Much Sturm und Drang last week over the revelation that Valley Park Middle School is allowing an imam to hold Friday prayer services in the school cafeteria. It’s one of those interesting stories that makes for strange bedfellows, with the Centre for Inquiry and Canadian Secular Alliance standing alongside the Canadian Hindu Advocacy, the Muslim Canadian Congress, and the Jewish Defense League to denounce the practice. With them is the populist Toronto Sun and the centrist Globe and Mail, against more supportive voices from both the left-ish Toronto Star and the right-ish National Post.
But what position for the skeptic to take? Where should we, who aim for reason over emotion; whose method is to question; and who are, frankly, a little suspicious of supernatural beliefs to begin with – where should we stand on such an issue? I started where I always do: by setting aside my personal inclinations on the issue in order to take a careful look at the arguments being made, their substance, and the motivations behind them.
I’m glad I did, because what I found surprised me: none of the major arguments being made against Valley Park’s decisions withstood closer scrutiny. I’ll go into detail – possibly too much – on why that is, but in a nutshell:
1). The faith groups that have come out on this issue are using the language of equality and secularism, but this is misleading. Scratching the surface reveals motives that are merely clannish. This is no reason for a skeptic to accept.
2). The argument from equality / fairness seems initially persuasive, however on closer look reveals an emotional core. That it doesn’t seem so is by design: there is significant research to show that humans, and other primates, have evolved a fairness instinct that overtakes reason in situations like this. Often, it’s the best response to the situation, but like all cognitive heuristics, it can fail us. For reasons I outline below, it seems to have done so here.
3). The argument from secularism, while certainly resonant for me personally, is not a categorical imperative. Ontario has a well-functioning school system today that includes a publicly-funded Catholic school district, yet miraculously we have not devolved into a theocracy. While important, there are times when we can maximize utility and serve the greater good by setting aside secularism, and this seems to be one of those times.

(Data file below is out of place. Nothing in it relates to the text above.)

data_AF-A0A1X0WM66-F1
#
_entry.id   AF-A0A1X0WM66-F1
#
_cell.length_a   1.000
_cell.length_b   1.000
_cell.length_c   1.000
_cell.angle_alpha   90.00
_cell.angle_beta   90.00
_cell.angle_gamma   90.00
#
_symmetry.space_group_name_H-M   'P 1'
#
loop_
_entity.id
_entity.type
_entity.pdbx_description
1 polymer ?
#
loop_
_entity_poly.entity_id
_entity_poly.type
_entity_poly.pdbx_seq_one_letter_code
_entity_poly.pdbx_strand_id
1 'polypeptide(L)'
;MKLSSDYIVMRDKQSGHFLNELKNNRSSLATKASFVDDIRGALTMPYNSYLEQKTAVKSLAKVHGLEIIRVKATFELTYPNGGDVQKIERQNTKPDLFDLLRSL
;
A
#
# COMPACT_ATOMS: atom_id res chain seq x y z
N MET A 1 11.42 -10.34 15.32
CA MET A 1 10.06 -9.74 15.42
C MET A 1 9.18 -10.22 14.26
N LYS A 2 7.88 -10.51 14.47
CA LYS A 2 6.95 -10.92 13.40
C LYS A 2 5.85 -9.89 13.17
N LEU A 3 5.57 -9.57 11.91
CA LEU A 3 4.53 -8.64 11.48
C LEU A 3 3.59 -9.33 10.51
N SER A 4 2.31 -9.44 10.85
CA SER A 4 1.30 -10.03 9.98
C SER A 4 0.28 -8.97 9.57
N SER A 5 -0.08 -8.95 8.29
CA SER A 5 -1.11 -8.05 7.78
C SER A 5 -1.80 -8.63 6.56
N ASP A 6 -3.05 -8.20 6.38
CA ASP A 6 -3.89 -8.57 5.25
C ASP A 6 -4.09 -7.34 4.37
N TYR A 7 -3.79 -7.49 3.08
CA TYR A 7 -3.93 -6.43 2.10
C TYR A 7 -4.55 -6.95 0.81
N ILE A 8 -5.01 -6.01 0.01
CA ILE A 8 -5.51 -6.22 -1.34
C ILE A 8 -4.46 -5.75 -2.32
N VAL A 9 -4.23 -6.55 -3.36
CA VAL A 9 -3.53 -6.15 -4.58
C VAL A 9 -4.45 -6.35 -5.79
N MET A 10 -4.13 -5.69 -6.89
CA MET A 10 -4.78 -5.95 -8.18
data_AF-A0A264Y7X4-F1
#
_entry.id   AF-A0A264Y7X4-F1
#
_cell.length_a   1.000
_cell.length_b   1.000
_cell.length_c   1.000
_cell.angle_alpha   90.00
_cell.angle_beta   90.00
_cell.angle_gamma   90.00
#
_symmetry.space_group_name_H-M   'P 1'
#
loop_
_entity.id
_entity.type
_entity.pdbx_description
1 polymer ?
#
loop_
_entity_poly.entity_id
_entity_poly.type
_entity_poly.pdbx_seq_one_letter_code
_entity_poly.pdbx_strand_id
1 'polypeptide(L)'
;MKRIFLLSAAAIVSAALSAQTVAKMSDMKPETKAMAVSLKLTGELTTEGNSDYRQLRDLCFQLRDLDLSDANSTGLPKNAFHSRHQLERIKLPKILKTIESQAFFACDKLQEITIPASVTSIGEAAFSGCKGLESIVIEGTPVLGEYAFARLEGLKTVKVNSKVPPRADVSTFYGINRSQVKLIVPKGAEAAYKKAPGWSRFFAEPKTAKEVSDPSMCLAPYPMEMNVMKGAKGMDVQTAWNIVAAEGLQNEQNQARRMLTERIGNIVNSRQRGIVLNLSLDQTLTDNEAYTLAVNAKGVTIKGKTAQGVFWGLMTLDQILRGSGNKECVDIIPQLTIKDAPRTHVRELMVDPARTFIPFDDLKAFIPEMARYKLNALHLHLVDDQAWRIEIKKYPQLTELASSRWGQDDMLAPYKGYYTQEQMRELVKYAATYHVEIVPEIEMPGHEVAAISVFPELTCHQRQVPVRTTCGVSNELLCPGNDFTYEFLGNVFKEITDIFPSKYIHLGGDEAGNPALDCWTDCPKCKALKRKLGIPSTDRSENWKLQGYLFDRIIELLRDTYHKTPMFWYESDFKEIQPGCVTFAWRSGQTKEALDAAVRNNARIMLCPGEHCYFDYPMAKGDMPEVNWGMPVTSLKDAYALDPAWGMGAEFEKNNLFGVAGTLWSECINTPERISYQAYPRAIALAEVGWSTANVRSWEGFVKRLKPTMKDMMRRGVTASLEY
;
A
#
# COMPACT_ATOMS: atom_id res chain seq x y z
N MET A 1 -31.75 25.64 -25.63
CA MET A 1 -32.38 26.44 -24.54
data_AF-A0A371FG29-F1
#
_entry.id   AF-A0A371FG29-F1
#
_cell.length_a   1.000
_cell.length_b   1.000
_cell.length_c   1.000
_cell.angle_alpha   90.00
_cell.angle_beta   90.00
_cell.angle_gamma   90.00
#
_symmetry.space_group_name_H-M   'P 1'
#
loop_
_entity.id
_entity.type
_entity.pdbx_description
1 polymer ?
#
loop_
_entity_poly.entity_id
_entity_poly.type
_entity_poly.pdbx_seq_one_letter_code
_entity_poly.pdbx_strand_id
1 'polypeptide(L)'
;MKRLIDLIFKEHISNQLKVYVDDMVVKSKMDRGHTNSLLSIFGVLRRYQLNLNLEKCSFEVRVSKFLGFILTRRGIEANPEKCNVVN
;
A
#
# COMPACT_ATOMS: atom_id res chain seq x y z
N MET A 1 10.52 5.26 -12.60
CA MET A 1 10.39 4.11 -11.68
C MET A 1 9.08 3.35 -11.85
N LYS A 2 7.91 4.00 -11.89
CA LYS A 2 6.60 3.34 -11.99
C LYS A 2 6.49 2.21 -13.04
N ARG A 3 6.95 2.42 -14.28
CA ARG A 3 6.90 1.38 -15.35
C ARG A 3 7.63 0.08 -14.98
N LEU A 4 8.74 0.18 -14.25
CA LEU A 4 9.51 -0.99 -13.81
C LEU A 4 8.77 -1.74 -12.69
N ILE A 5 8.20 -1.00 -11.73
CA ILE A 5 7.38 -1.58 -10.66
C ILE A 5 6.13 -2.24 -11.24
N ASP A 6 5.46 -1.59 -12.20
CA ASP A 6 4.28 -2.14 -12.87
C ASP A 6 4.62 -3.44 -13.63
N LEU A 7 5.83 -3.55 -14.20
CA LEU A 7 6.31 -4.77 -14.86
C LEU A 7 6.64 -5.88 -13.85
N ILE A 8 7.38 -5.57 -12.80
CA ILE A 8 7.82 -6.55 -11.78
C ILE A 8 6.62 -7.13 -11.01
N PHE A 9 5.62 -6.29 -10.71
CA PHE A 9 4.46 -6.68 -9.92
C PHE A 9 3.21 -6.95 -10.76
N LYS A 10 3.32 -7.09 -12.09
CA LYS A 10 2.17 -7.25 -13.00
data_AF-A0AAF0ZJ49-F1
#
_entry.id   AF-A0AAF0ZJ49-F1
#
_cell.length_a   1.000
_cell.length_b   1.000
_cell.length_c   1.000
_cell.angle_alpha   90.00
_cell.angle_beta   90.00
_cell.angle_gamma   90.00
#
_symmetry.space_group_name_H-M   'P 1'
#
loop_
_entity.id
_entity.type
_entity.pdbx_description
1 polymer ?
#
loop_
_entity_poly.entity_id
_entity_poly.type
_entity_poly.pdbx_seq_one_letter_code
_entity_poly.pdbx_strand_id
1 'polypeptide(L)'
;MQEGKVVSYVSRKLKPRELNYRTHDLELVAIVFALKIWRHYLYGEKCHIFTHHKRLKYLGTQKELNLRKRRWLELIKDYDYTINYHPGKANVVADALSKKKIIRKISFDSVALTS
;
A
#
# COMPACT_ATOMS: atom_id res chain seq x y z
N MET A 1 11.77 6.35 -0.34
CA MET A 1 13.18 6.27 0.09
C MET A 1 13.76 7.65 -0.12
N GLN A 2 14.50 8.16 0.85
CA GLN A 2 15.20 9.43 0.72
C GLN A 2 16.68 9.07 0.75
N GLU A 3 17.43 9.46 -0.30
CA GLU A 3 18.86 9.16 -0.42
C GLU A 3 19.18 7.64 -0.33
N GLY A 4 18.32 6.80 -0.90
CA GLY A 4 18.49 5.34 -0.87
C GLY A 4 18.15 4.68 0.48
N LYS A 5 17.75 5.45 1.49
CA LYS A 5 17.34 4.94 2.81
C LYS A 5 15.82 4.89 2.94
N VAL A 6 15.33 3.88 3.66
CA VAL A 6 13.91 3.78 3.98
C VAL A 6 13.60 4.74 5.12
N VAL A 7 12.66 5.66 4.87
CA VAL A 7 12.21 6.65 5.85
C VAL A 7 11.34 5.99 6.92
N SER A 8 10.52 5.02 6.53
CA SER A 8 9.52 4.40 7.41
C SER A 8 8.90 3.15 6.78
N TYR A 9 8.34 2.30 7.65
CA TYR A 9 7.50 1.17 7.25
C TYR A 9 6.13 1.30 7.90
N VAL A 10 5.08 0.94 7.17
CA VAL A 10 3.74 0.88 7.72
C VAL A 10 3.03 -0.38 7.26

As I said, I was surprised to find myself arguing in favour of prayer in school – and to be clear, I’m not suggesting this as a blanket position on the subject. I’m talking specifically about Valley Park. Even so, I expect many of you are reading this with a jaundiced eye, so let’s dive in and look more closely at the evidence.
I’ll start with the argument that kicked this off, which was a complaint by Canadian Hindu Advocacy that seemed, from the coverage I read, to focus on the issue of equality. They weren’t asking for similar accommodation of Hindu belief, simply for the restoration of the secular norm. So I was surprised to find that the letter they sent to the TDSB started as follows:
The CANADIAN HINDU ADVOCACY, after successfully repelling Khalistani Sikh attempts to infiltrate the Conservative Party in BC, is launching a campaign to repel brazen attempts to Islamize the Toronto District School Board.
Well. Glad to see their sense of proportion is so finely calibrated. I’m going to go out on a limb and suggest that one imam holding a half-hour weekly service with no active participation or financial support from the school is hardly the Islamization of the TDSB.
Unfortunately, we don’t get much better from the Jewish Defense League, which claims to be:
…very concerned about The Islamic Society of Toronto [which provided the imam] because of there (sic) associations with other radical Islamic groups. Consider the following Press Release signed by the Islamic Society of Toronto together with other radical Islamic groups on the issue of Terrorism trials in Canada: